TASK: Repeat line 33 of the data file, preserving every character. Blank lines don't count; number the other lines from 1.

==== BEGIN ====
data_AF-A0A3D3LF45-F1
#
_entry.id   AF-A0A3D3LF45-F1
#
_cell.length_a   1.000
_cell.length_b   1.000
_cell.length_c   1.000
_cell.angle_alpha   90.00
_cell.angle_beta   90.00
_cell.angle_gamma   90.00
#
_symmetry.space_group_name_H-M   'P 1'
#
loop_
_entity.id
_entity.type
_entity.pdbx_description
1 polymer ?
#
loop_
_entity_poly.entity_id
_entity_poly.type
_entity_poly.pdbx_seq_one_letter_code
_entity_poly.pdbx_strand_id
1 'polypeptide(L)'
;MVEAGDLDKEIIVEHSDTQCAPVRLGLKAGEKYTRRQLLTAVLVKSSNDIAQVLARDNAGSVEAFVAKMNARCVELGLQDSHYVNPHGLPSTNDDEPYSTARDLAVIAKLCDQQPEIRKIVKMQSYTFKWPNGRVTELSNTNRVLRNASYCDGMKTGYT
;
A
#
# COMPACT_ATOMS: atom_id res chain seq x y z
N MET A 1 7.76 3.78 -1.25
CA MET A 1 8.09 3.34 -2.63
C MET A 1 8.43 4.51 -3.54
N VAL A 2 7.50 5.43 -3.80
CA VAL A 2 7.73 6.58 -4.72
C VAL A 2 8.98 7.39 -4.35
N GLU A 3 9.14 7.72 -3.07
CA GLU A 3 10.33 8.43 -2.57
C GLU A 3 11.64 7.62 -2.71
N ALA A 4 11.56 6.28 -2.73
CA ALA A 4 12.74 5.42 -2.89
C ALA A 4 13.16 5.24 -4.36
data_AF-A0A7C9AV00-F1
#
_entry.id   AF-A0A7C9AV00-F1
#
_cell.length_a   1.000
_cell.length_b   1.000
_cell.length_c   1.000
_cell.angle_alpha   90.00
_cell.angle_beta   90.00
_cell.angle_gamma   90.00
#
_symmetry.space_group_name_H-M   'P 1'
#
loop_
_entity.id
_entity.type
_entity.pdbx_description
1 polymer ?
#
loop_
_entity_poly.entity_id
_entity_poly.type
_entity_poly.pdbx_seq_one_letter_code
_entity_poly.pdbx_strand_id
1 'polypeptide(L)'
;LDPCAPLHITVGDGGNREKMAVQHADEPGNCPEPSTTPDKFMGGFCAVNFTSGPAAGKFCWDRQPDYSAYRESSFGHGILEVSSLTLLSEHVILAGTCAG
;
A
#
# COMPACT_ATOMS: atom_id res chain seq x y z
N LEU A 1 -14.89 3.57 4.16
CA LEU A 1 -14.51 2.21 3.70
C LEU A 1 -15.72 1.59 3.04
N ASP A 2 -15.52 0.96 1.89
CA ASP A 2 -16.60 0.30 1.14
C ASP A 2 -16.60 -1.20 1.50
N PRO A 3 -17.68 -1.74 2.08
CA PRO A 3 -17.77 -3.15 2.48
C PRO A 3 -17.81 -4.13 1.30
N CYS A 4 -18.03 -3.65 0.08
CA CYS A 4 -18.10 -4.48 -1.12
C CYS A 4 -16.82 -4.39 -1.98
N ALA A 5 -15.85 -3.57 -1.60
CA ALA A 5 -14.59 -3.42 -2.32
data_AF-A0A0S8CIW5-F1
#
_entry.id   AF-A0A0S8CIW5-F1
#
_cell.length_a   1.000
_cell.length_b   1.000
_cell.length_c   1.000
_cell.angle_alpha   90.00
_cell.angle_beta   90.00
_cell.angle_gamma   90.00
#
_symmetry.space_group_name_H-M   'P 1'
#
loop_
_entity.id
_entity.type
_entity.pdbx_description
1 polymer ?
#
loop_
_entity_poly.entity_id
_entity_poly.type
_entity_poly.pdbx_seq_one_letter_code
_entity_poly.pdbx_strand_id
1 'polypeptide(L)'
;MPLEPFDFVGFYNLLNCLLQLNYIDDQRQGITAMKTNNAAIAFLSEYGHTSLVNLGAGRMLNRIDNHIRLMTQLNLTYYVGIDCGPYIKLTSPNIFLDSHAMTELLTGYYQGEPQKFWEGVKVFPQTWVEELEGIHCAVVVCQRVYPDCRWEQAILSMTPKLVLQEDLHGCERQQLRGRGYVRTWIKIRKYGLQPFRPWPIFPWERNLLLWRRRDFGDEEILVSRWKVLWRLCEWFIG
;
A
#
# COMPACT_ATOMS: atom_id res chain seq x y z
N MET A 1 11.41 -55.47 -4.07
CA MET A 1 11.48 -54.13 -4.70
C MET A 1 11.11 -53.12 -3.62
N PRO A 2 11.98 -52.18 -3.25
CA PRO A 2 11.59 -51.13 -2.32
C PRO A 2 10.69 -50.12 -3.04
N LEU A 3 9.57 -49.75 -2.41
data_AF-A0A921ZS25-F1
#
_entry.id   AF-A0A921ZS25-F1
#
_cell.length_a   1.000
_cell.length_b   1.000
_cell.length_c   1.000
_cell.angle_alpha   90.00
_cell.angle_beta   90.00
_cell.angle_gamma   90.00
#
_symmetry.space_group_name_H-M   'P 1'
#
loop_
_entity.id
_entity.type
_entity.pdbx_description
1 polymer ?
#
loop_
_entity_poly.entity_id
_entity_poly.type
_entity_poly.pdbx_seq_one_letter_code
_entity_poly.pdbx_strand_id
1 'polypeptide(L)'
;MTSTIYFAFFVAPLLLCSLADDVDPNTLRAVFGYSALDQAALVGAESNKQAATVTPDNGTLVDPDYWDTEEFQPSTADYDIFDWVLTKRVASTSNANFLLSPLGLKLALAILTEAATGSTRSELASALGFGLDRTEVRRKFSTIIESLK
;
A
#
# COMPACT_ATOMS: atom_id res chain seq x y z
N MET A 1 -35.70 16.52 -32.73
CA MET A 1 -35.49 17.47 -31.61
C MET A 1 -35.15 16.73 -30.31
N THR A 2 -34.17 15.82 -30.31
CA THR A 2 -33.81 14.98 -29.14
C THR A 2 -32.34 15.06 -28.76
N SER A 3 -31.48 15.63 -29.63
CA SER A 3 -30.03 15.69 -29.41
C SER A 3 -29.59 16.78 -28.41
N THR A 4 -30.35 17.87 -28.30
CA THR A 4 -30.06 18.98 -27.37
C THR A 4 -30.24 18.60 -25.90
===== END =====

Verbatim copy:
C MET A 1 8.43 4.51 -3.54